World Communion of Reformed Churches

Called to communion, committed to justice

Who
The World Communion of Reformed Churches is comprised of 80 million Christians in Congregational, Presbyterian, Reformed, United, Uniting and Waldensian churches. The WCRC, working with its 225+ member churches, is active in supporting theology, justice, church unity and mission in over 100 countries.

Why
United in Christ and rooted in the historic Reformed traditions, the WCRC with its member churches believe that Christian faith is responding to God’s call to meet spiritual needs and foster justice for all in the transformation of the world through the love of Jesus Christ.

How
Representatives—men and women, lay and clergy—come from member churches to meet in a general council every seven years. Gathered together they discern God’s will through Scripture to decide the WCRC’s direction. The council also elects leadership to oversee its policies and work. These officers and executive committee members elect the general secretary.

The WCRC is funded by contributions from its member churches and church agencies. Gifts and grants also come from individuals, congregations, foundations and other sources. Supporters of the WCRC help make a difference in the world by donating to specific funds and scholarships, as well as to the organization as a whole.

  • WCRC member churches are involved in promoting peace in some of the most challenging areas around the world. Purposeful dialogue, refugee assistance, reconciliation processes, and grassroots accompaniment are four ways that member churches are working.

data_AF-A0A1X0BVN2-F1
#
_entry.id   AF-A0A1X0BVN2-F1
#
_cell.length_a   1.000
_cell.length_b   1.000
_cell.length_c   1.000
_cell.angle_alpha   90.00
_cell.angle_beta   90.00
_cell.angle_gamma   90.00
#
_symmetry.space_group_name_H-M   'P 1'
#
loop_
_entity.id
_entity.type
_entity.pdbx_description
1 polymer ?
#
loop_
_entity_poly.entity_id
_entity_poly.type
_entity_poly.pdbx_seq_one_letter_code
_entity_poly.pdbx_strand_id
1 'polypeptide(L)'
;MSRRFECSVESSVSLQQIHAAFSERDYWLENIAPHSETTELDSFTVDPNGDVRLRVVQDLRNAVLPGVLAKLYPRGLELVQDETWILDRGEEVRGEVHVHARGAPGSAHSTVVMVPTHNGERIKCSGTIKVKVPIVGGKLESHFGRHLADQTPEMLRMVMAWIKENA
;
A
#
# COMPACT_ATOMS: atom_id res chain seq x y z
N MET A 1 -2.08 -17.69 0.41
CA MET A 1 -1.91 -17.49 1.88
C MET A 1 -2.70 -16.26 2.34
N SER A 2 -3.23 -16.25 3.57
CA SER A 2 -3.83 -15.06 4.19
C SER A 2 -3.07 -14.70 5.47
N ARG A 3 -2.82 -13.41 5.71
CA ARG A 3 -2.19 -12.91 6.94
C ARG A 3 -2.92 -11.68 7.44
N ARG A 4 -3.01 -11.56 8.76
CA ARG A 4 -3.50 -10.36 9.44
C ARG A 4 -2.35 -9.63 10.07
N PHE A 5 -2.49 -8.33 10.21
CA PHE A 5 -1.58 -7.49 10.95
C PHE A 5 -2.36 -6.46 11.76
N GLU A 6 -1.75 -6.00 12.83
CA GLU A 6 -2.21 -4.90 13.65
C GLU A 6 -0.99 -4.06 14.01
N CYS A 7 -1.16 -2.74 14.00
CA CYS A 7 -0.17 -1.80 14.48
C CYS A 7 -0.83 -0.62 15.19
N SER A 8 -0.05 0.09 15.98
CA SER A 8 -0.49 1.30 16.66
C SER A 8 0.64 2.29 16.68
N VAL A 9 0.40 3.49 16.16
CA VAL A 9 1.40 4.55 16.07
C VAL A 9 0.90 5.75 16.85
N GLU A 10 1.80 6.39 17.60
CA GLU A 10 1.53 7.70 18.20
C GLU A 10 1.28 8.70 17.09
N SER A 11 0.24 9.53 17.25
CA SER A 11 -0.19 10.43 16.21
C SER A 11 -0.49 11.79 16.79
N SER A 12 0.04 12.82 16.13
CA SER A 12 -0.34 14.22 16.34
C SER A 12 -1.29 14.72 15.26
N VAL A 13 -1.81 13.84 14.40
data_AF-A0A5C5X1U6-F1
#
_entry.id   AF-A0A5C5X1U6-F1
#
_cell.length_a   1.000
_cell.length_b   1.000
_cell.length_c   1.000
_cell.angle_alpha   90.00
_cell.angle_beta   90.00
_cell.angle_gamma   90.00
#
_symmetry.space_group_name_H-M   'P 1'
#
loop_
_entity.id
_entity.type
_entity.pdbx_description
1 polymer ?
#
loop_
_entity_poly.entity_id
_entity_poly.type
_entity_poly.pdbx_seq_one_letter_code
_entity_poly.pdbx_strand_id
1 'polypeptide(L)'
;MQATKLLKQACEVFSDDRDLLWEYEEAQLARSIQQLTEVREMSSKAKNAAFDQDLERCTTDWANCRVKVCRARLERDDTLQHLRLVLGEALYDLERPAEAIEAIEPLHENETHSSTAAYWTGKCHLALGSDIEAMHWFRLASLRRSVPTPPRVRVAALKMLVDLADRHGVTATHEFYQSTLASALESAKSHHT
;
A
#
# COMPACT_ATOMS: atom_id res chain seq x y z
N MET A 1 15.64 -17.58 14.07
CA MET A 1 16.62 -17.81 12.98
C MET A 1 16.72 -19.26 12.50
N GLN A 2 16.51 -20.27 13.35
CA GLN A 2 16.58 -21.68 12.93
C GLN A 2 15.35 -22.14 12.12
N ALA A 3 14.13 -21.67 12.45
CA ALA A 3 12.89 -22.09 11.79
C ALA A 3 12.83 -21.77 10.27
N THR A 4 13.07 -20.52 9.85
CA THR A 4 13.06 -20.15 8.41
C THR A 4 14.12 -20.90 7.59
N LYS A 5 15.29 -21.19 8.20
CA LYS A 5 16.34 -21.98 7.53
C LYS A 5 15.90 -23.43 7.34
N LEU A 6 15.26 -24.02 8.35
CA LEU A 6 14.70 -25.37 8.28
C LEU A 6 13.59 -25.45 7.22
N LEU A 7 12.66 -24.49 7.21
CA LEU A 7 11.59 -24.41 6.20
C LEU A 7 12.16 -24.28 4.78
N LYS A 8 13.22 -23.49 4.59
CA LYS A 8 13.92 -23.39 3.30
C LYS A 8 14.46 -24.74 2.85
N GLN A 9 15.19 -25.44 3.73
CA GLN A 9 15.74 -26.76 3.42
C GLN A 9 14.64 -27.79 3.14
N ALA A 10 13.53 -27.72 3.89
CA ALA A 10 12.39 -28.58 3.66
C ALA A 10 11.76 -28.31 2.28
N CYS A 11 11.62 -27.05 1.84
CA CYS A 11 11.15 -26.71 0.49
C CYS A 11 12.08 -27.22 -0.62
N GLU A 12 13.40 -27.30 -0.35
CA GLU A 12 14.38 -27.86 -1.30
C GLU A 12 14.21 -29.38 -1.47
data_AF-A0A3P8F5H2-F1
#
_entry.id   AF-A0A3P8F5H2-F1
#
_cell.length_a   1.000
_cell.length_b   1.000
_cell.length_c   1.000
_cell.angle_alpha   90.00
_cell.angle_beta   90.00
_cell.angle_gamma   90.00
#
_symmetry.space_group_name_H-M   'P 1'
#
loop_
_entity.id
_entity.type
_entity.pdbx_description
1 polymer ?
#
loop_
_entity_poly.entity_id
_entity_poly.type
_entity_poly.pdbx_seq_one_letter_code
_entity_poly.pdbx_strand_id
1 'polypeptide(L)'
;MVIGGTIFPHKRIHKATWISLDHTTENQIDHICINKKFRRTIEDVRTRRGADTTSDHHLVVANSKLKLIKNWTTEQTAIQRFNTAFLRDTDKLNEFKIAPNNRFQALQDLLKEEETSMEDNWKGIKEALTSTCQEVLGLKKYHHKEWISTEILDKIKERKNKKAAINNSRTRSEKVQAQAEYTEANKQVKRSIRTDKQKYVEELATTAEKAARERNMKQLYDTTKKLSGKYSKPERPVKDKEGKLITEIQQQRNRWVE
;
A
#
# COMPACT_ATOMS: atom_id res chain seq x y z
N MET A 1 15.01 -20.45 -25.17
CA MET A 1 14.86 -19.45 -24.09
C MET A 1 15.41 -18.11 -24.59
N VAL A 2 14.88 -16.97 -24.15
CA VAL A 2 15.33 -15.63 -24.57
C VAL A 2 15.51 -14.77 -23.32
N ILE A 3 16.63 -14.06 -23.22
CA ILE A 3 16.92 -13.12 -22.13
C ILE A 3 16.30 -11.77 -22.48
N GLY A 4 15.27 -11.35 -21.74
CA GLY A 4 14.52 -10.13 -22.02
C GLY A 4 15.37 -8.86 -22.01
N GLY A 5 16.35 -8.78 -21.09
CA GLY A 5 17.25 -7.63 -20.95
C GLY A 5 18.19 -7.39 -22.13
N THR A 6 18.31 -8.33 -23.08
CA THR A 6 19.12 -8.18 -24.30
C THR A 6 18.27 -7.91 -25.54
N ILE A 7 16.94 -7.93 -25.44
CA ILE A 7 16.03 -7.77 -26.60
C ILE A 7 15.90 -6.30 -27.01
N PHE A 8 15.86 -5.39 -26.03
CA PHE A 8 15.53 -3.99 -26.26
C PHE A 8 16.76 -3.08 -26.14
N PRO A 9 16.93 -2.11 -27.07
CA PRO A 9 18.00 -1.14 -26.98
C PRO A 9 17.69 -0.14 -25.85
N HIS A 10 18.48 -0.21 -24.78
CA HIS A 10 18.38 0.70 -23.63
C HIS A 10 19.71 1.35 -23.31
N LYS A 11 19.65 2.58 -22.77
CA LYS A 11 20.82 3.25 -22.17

In all these areas, member churches are on the frontline of conflicts - and sometimes surrounded by them. The WCRC supports these initiatives financially, as well as through international advocacy and coming alongside them.

    In Colombia, an accompaniment programme has been in operation for years, protecting the most vulnerable in this long-running conflict - and will continue to do so despite the recent set-back in the peace process.

    On the Korean peninsula, purposeful dialogue takes place between Christians on both sides of the Demilitarized Zone - despite the pressures from political and military leaders - and advocacy for peace and reconciliation continues.

    In the Middle East, assistance to Syrian refugees in Lebanon is combined with advocacy for a lasting and just peace for the entire region.

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  • The WCRC is committed to developing the new generation of church leaders, especially in the Global South. The WCRC utilizes an array of programmes to nurture, mentor, support and challenge young leaders.

    The two most prominent of these are the WCRC's internship programme and the Global Institute of Theology (GIT).

    The next GIT, an intensive short-term academic programme, will be held in Germany in 2017, in conjunction with the General Council. 

    The internship programme gives opportunities to young people to work with the organization in order to learn about global ecumenism and the issues that are central to the WCRC's mission: Reformed theology and social justice advocacy. 

    Interns are encouraged to be interdisciplinary and explore all aspects of the organization's work, including the opportunity to meet people in other church and advocacy organizations.

     

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